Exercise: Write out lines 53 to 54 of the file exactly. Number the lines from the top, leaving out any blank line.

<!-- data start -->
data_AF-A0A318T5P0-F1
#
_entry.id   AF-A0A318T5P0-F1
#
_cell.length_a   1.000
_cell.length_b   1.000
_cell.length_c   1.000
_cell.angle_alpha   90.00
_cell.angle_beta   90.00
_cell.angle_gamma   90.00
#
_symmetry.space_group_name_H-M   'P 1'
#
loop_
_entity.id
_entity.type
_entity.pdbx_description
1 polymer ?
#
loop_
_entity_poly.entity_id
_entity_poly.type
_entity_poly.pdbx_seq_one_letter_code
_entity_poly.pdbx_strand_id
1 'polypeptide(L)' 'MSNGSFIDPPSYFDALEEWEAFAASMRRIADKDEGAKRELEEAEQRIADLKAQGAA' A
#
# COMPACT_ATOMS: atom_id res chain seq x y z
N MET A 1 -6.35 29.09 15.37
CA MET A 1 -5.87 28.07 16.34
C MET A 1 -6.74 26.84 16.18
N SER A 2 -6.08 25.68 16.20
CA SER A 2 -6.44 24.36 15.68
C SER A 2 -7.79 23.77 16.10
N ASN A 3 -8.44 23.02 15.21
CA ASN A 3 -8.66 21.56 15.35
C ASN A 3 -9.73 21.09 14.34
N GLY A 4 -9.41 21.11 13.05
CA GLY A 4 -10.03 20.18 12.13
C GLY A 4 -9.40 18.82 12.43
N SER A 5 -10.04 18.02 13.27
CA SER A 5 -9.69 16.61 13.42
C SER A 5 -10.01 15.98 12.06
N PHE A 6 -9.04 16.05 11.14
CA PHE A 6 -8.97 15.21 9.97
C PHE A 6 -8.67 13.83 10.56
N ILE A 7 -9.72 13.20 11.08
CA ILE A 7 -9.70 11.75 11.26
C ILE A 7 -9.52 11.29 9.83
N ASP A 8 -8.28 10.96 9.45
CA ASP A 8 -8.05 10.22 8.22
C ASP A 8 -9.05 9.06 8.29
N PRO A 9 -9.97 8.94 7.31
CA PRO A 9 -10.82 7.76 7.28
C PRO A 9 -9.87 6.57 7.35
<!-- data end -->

CA PRO A 9 -10.82 7.76 7.28
C PRO A 9 -9.87 6.57 7.35